Experienced Blackjack players are always looking for new ways to gain an edge. One of the more recent is called “shuffle tracking”—watching the dealer shuffle the cards in an attempt to determine where a high concentration of Aces and face cards might be positioned. A good shuffle tracker can then cut the deck so that those cards will be put into play early and bet accordingly.
Most casinos have shifted from single-deck tables to multiple-deck ones, which might seem to make it much more difficult for even the most observant players to track the shuffle. However, exactly the opposite is true. Shuffling six or eight decks takes a long time, so dealers do not shuffle each group of 52 cards quite as many times as they would when only a single deck is involved. As a result, the cards are not mixed as thoroughly.
Shuffle tracking is often conducted by teams of two or more players working together. Each player is responsible for watching a certain portion of the deck. As cards are played, they will keep track of the number of Aces and tens that come up. When an especially large number appear, they will mentally “mark” them in the discard tray, keeping an eye on those cards when the shuffling begins.
Throughout the shuffle and the cut, the Ace-ten rich section of the deck must be watched. One the cards are positioned in the shoe ready to deal, the section that has been tracked is referred to as a “zone.” When it eventually comes into play, the shuffle trackers will increase the sizes of their bets in anticipation of high-value hands.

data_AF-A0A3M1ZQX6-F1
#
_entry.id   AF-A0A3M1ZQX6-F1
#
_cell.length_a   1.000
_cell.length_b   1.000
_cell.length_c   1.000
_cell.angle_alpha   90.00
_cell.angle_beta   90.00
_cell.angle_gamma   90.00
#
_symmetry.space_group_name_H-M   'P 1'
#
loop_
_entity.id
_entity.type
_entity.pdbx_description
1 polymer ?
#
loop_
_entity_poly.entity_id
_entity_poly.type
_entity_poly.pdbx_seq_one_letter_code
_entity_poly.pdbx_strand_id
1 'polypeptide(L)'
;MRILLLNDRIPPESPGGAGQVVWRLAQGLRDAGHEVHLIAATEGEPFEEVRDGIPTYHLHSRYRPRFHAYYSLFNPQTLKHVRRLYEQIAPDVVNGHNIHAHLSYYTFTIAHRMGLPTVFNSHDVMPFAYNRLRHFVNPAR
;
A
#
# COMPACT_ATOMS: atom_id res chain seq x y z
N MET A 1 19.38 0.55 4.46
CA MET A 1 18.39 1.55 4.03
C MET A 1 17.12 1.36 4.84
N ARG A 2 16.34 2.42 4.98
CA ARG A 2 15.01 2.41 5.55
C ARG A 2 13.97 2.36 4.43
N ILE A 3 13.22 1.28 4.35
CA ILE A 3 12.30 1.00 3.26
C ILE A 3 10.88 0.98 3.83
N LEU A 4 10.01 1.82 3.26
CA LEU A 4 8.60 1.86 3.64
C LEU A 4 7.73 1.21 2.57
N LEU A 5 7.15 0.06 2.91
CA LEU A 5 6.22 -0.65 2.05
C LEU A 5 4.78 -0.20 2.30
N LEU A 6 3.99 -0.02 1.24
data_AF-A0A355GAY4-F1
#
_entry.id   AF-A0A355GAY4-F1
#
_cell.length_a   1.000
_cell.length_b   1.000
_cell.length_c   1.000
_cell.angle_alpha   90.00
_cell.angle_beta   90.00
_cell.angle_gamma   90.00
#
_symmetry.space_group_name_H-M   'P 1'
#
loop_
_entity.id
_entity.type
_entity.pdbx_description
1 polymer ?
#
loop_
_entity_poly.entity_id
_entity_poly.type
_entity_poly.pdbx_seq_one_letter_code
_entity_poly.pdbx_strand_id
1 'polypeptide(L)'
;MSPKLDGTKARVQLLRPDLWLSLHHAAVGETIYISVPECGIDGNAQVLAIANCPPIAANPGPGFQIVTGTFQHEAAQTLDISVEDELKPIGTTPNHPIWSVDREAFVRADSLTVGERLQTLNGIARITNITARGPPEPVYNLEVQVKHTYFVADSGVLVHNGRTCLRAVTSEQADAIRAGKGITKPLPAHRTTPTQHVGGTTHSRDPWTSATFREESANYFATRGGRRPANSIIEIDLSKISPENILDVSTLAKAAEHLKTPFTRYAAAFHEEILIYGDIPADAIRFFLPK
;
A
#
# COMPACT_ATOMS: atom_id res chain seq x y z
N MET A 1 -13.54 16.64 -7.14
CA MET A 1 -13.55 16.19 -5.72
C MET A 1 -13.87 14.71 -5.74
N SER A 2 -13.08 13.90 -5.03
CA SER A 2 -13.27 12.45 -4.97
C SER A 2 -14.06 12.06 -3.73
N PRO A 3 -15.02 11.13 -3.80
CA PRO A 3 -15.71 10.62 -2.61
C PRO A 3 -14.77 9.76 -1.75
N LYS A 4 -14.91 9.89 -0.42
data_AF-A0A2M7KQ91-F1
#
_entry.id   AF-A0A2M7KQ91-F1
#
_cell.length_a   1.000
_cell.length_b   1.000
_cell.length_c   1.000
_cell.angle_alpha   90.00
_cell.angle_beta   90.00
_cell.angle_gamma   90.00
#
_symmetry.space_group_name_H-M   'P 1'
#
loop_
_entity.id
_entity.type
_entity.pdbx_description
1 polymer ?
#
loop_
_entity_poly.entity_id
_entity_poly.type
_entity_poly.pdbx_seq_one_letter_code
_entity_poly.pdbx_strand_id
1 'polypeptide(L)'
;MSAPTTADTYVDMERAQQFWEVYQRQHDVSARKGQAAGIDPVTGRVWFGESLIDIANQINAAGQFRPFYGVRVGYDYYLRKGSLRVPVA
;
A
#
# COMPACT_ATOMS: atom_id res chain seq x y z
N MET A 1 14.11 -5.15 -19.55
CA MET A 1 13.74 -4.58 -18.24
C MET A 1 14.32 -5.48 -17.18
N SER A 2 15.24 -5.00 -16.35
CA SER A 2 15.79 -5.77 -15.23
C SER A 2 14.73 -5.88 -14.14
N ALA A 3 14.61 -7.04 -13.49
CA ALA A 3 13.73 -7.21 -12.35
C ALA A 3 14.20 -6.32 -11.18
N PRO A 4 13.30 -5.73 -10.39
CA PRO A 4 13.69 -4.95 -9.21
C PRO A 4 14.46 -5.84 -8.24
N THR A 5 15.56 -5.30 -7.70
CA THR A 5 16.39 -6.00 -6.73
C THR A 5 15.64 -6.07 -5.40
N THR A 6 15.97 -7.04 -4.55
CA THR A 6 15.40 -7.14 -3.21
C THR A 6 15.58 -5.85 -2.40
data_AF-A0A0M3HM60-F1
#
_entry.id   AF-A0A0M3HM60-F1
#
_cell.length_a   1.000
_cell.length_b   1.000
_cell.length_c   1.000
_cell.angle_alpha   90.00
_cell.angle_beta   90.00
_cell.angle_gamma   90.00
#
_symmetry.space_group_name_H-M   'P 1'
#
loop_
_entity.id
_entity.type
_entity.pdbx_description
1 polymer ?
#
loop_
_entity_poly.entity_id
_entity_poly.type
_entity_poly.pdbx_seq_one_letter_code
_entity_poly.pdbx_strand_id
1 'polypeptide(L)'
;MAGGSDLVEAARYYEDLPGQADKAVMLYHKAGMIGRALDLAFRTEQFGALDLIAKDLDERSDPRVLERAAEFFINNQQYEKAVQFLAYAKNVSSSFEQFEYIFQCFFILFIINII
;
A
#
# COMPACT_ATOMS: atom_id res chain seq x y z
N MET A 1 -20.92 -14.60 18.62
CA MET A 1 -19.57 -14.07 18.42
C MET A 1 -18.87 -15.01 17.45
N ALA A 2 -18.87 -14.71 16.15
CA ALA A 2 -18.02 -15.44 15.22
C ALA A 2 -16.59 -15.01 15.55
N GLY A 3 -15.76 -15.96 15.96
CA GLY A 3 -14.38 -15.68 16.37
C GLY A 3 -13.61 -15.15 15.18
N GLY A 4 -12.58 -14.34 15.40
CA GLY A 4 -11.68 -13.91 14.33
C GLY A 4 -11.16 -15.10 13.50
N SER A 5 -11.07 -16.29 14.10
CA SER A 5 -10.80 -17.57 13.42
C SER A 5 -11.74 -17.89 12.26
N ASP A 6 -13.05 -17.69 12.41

High cards are not the only cards tracked. If a section rich in low cards in noticed during the tracking, a player may attempt to cut the cards so that it falls to the back of the deck and does not come into play. This increases the percentage of high cards players will receive.
Other Types of Tracking
A more specific form of shuffle tracking is known as “Ace sequencing.” The tracker will watch for a number of Aces to be discarded during play and remember the two or three cards that are placed immediately on top of them—so called “slugs.” During a minimal shuffle, there is a high likelihood that the cards will still be in close proximity in the deck after the shoe has been reloaded. It is then a simple matter to watch for the slugs, knowing that an Ace will soon be following.
It has been estimated hat when a player knows an Ace will be dealt as the first card in his/her hand, a whopping 50.4% advantage is gained—including a 30% (4/13) chance of drawing a blackjack plus a good possibility of making a strong hand otherwise. By the same token, knowing that the dealer is likely to hold an Ace as the hole card can help the player know when to hit, stand, split, double down, or surrender, if the option is available.
Another form of shuffle tracking is “card steering.” This can only be accomplished when the player has seen the card or cards that are last in the deck after the shuffle and is able to control the cut. At that point, the tracker attempts to cuts the cards exactly one full deck from the end. He/she will then know the value of the 52nd card to be dealt, long before it comes into play.
Unfortunately, casinos are aware of such attempts to track shuffles. They have countermeasures, such as instructing their dealers to mix the cards more thoroughly or bringing fresh decks into play more frequently. Also, automatic shuffling machines are now in vogue at many casinos. They shuffle the discards continuously, so there really is no way to know where a certain card or cards might appear in the deal.